The first question when looking at "what type of film camera should I get?" is the question of what it will be used for and by who. The question of digital vs film
will likely go somewhere else.
When I was a young lad, my first camera was a 110. I could point it in some direction, and take a reasonable picture. A few years later I got a 35mm point and shoot. Nothing special on it either, just a durable, reloadable, almost disposable camera.
Today, when I want to take a picture its more than grabbing a memory but some artistic value too. Photographing fireworks, night photography, water at different shutter speeds, different depth of field with nature photography, sunsets and such. Point and shoot cameras can not handle this variety of photographic styles; and to an extent APS cameras are designed as point and shoot with a few more bells and whistles.
For the beginner photographer, the APS camera is nice. My little sister has one and she is quite happy with the zoom and wide angle that it provides. She doesn't get upset when the panoramic photographs come out grainy or when the city at night photographs are underexposed. Those pictures require greater control over the camera than APS is designed to provide.
For the amateur photographer, the 35mm film can only be replaced when technology improves the smallish nature of the film (24mm vs 35mm) so that reasonable enlargements can be made (realize that any improvement upon APS film has a similar improvement in other formats - APS will always have a disadvantage). The bodies for the cameras that use APS film must also reach a similar level of customization as the 35mm cameras. Also APS film must be able to be made into slides for even higher quality photographs.
As it stands now APS and 35mm address different markets with some overlap. APS is not poised to move into the higher end, and 35mm already is firmly entrenched in where APS is entering. The best analogy for this is that of the Macintosh and PC. APS is the up and coming easier and friendly format entering into the market of the 35mm that is often seen as clunky and old but yet very customizable.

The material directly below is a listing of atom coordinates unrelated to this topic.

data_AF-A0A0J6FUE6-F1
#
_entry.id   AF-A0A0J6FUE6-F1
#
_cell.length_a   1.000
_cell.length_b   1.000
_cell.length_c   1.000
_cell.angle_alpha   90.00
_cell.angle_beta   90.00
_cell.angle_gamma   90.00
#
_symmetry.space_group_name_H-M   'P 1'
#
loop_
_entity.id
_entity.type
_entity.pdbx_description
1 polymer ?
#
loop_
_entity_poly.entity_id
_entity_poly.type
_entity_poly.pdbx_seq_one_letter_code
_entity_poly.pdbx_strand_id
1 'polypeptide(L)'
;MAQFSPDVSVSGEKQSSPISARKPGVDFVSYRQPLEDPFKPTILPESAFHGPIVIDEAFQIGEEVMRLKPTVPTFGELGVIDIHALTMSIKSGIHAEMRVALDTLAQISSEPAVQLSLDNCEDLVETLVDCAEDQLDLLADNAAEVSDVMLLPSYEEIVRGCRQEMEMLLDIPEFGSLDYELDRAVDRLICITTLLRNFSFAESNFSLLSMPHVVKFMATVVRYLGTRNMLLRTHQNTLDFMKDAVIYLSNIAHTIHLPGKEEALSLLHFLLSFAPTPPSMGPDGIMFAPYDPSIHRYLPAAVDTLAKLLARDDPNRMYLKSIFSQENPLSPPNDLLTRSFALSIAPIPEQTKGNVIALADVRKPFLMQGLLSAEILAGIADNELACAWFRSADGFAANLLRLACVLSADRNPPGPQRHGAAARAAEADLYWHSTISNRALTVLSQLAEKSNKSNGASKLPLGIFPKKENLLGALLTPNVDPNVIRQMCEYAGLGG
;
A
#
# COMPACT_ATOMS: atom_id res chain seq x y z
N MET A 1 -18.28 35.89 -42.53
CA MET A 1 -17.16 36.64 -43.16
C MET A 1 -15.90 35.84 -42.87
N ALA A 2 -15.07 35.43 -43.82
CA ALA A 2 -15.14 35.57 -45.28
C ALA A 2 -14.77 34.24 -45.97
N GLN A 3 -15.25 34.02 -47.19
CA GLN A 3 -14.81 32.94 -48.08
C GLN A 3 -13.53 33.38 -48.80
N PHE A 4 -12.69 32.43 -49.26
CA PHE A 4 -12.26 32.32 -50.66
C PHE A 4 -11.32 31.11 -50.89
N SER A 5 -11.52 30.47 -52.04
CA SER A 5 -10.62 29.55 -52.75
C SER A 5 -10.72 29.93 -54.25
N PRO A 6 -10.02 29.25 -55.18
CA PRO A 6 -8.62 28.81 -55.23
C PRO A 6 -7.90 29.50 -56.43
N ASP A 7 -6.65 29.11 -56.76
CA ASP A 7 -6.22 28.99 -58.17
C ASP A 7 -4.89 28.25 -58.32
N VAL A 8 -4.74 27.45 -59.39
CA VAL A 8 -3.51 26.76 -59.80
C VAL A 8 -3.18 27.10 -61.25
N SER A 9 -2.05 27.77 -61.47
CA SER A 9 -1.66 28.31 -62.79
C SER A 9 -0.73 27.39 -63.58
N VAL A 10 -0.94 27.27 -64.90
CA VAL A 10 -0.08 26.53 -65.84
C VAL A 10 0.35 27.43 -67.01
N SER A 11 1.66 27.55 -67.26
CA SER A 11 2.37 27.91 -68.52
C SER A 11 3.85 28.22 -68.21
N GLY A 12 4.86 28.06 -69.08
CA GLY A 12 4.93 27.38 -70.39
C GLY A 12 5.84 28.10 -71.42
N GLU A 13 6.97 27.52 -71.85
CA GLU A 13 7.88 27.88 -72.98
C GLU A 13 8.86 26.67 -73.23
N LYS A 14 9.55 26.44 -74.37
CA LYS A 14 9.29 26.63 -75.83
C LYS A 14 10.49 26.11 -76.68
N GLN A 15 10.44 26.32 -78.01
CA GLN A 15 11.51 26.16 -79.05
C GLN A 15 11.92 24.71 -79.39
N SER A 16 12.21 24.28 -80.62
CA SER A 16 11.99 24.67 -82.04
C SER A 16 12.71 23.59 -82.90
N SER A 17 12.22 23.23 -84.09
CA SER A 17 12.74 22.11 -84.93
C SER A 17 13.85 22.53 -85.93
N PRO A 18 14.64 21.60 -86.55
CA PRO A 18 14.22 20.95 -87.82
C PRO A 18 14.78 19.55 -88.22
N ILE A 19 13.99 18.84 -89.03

Black and white film still exists and is often used - yes, not quite as often as color print film, but there are cases when black and white pictures are the only way to go (newspapers, magazines, amateur darkroom work, artistic, etc...). I happen to have picked up 2 rolls of black and white film this morning.
One year later... (and about 5 years since APS was launched), 35mm is as strong as ever. Digital is competing with APS for the consumer market and slowly gaining share.
The cost for development for APS film hasn't gone down - if anything it has gone slightly up. It costs about twice as much to develop a roll of APS film than a roll of 35mm film. Yes, there is Black and White film for the APS camera system.
It appears that many of the traditional camera makers are leaving the APS market. Nikon has just (December 2001) discontinued its Pronea line of APS SLR's. The only two companies that appear to be sticking it out are Kodak and Fuji. This comes as no surprise when examining the strategy, it is much the same as for game consoles. The big, expensive thing (in this case the camera) is sold at a lower cost than it should be and profits are made up on the accessories (film). The more traditional camera makers just don't compete well.
Another major issue with APS is that the promises are still vaporware. There are a number of features that were promised with the APS camera such as mid-roll change, and "don't print", and other features.
For example, of all the cameras that Kodak makes, only the Kodak Advantix 5600MRX camera and 5800MRX support this feature - the most celebrated of the features for APS... and the 5600 camera was released in 1996 in limited quantities.
All this being said, I have recently picked one up. Granted, its a real SLR camera with through the lens viewing and interchangeable lenses with a Nikon mount. It is a nice light weight camera for tossing those shots that I'm not too concerned about on... though, at an added cost (I don't really care to pay 2x the cost of 35mm processing for those 'hmm, this might be interesting, let me grab my cheap camera' photos). The advantage of the Advanced Photo System is the modification of the "rule of thirds" for photo composition. With the APS camera, the different sized prints (all be it lower quality) allow the photographer to frame shot in new ways.